The rice blast fungus is a feared pathogen, even after genetic research discovered how to introduce resistance in rice plants. When wheat fields in Brazil were infected by the blast fungus in 1985, scientists grew anxious that the wheat pathogen would spread before tools to control it could be developed.
Barbara Valent, PhD, took on the blast-fungus challenge. Through her and other researchers’ work, 25 blast resistance genes have been isolated from rice, but the resistance is not permanent. The fungus rapidly overcomes resistance and then the disease can only be managed with chemical fungicides. Her research aims to understand how the fungus causes disease and how it evolves so quickly.
Two to three years after we deploy a rice blast resistance gene, the resourceful fungus adapts. We need to find something that the pathogen cannot overcome.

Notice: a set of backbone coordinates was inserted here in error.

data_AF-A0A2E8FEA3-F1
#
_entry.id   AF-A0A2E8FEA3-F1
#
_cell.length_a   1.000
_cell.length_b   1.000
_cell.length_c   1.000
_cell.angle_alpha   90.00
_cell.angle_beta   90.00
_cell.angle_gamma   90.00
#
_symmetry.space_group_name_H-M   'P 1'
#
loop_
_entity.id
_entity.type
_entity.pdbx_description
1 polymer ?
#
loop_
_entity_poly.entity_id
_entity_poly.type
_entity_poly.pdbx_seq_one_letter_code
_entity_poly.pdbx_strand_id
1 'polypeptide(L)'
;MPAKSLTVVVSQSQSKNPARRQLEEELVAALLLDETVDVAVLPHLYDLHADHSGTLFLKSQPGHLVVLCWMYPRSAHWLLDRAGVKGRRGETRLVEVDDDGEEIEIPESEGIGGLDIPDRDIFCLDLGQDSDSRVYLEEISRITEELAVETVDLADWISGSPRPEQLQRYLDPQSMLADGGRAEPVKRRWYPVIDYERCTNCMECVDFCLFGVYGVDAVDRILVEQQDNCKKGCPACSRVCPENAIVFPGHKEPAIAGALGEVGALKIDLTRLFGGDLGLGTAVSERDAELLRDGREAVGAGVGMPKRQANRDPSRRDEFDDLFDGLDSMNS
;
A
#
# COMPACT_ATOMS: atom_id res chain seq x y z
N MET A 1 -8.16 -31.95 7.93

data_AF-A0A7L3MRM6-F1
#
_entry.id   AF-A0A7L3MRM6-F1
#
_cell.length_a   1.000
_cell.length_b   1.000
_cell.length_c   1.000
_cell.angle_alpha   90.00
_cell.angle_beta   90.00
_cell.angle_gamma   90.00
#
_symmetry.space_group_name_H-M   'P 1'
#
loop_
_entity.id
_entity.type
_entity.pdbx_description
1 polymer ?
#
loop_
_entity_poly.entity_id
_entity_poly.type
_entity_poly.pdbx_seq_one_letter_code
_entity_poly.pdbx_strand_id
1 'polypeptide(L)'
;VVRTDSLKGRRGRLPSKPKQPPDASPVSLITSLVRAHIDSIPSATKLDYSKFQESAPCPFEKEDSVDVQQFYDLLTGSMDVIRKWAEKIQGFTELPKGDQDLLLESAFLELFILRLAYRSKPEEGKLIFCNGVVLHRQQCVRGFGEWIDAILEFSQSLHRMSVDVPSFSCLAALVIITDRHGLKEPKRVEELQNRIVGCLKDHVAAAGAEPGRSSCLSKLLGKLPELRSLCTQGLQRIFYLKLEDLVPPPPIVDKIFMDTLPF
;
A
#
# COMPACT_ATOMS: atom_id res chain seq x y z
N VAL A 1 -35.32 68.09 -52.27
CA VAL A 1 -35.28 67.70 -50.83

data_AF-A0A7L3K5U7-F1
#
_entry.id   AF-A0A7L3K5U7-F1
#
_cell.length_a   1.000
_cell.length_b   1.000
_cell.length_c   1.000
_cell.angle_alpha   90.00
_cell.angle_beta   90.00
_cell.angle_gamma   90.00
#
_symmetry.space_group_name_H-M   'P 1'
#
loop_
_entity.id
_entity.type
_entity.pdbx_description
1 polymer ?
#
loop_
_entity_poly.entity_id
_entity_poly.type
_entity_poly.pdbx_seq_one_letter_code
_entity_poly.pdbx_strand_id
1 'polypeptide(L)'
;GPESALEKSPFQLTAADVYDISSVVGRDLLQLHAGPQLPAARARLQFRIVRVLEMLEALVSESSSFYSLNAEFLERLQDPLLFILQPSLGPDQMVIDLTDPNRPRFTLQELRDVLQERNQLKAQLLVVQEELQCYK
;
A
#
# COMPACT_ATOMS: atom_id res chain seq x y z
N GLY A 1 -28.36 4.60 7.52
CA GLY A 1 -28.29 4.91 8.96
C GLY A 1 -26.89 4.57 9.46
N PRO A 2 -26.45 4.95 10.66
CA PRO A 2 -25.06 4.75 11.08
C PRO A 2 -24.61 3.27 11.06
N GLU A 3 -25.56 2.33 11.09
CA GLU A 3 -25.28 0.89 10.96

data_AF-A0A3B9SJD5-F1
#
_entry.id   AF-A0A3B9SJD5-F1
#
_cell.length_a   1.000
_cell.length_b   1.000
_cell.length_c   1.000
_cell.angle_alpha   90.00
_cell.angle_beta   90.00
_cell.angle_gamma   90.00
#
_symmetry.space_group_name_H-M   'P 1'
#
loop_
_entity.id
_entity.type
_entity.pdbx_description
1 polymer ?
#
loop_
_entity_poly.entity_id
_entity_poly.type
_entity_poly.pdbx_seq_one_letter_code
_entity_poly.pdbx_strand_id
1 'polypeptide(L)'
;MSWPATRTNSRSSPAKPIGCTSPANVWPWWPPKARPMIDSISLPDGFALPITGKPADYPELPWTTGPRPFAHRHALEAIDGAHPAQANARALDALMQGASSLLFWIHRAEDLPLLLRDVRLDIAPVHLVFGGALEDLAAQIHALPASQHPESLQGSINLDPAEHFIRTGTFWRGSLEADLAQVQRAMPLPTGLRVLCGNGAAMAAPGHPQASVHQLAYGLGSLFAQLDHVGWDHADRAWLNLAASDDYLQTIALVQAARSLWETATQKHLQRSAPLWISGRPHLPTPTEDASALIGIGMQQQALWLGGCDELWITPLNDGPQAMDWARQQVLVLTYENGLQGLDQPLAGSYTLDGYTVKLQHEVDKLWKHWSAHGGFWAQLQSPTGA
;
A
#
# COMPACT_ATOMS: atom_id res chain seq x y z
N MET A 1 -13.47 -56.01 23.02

– Dr. Barbara Valent
The situation in wheat ﬁelds is even more urgent. In 2009, Brazil lost one third of its wheat crop to blast, which has spread in South America and recently emerged in Bangladesh. Dr. Valent leads an international team that has developed tools to help stop the spread, including diagnostics, forecasting models and educational resources. They found one blast resistance gene for wheat and are working against the clock to discover more sources and mechanisms of resistance before the fungus spreads to other areas, further compromising the food supply.